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Make most of time with son

Dear Carolyn: My son is only 4 1/2 , but he spends every morning at school plus 40 percent of his other time with his dad (we're split). I'm starting to feel like I don't know him anymore, and I don't even know how to re-bond with him. He really just wants to play with friends and doesn't want his mother.

-- Anonymous

A: By my count, then, he spends 60 percent of his time out of school -- afternoons and weekends, right? -- with you. Which means that if proximity is knowledge, you still know him better than anyone else does.

Of course it's more complicated than that -- kids have preferences, after all. But they have developmental phases, too, so their preferences can change as they grow, as you change, as circumstances shift. Meanwhile, you can expect to be in this child-rearing gig full time for 18-plus years, and on an on-call basis in perpetuity after that. So any talk of "re-bonding" is premature.

You can bring two things to your relationship with your son that he can't: patience and perspective. Be with him, listen to him, take pleasure in him and give your fears a chance to resolve themselves.

Also, if that's really despair tinting your brief letter, versus just melodrama, then it's possible you're depressed -- which can disrupt bonding unlike any joint-custody agreement. Please consider getting screened.

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Go with the moment

Dear Carolyn: I'm 25.

And a virgin.

And I plan to stay a virgin until I'm married.

I'm not even entirely sure why. It just feels appropriate to me. I'm not religious so it's seemed pretty out-of-the-blue, according to some exes.

I don't want to introduce myself "Hi, I'm not gonna have sex with you." But I also don't want to lead people on.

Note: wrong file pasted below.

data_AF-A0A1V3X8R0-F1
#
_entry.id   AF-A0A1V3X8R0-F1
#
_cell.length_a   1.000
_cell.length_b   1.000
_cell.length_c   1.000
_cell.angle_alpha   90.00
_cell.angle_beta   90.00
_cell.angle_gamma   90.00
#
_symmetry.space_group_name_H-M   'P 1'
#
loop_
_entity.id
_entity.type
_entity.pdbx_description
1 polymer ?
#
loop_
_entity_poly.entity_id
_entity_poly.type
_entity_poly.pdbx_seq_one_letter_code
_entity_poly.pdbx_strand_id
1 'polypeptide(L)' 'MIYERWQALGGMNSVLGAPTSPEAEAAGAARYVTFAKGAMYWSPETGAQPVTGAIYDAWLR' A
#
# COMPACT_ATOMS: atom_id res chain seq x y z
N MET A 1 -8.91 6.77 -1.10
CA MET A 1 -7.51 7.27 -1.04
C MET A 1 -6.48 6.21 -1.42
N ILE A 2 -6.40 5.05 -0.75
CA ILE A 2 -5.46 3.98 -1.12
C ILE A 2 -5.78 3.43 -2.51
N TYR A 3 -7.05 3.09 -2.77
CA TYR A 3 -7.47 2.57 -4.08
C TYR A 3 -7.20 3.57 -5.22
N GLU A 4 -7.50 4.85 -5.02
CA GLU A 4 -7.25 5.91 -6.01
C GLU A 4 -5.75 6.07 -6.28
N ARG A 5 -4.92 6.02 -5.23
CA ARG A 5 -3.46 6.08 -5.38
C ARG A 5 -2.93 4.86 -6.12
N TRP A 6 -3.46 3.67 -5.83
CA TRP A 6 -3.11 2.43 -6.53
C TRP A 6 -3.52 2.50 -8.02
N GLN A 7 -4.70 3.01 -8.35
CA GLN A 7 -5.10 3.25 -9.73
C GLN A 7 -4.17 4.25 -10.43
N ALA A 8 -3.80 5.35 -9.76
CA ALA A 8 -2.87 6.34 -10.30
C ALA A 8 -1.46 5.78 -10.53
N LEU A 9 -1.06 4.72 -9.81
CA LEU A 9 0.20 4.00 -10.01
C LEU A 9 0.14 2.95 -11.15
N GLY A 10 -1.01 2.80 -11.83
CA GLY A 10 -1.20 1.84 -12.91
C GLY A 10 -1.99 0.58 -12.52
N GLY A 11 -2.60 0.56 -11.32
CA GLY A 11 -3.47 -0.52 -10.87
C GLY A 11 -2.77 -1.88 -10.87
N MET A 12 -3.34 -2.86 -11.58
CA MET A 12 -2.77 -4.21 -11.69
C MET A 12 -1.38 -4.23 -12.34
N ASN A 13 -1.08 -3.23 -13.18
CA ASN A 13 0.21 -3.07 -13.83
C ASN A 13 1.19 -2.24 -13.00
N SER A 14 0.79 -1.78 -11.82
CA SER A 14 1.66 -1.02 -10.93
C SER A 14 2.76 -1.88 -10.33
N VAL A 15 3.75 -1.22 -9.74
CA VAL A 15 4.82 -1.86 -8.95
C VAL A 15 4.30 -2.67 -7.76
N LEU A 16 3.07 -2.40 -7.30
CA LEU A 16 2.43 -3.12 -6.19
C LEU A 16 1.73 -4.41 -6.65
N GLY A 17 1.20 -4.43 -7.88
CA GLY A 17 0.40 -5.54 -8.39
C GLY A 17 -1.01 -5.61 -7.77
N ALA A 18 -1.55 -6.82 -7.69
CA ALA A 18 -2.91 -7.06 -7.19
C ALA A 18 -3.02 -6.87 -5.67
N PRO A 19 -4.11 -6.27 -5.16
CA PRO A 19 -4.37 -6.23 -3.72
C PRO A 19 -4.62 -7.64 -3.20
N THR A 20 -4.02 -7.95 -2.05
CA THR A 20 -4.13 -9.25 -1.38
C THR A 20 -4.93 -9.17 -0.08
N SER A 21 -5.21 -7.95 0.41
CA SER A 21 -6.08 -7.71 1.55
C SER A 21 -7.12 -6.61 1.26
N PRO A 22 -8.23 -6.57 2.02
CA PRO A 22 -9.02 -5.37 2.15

When do I let people in on my decision? Third date, second base ?

-- Not a Tease (Really!)

A: Bigger question (isn't it always): When do you let the people you date in on who you are?

I'd say there are as many answers to this as there are people, but, really, it changes with every pairing. You feel more open with some dates than with others, right? Conversations have lives of their own.

And since your virginity seems to have a life of its own (I find it oddly refreshing, by the way, that you can't explain your own reasoning), I think scheduling your revelations in advance is a virtual guarantee of bad timing. So is letting your virginity define you.

You chose virginity by reading yourself. Now, choose to reveal it by reading the person and reading the moment. What you're looking for, of course, is something none of us reads with 100 percent accuracy: trust. We see it best, though, when we realize that's what we need.

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Hurt by Dad's comment

Dear Carolyn: A few weeks ago, in an email my dad didn't think I would see, he made a snarky comment about my unmarried status (he didn't know if he'd ever get to plan a daughter's wedding ). When he saw I had received it, he sent a quick "I didn't mean it!" email. He was out of the country, so I said no big deal.

But it is. It was mean and uncalled for. Now I feel like all the to-my-face talk of being really proud of me and knowing I shouldn't settle, etc., is a sham, and all he thinks when he looks at me is: "There's my unmarried 29-year-old daughter." Now I just got dumped and have to go to my 21-year-old cousin's wedding, solo, with my parents. I don't know if I should say something, let it roll off or what.

-- Washington

A: It hasn't rolled off, so don't pretend it has. When a moment presents itself, tell Dad exactly what you said so well here: You're not only hurt, but also questioning his sincerity.

As for the cousin's wedding, feh. Single and 29 is hardly an exotic bird. Your dad may not believe it himself, but he was right that you shouldn't settle.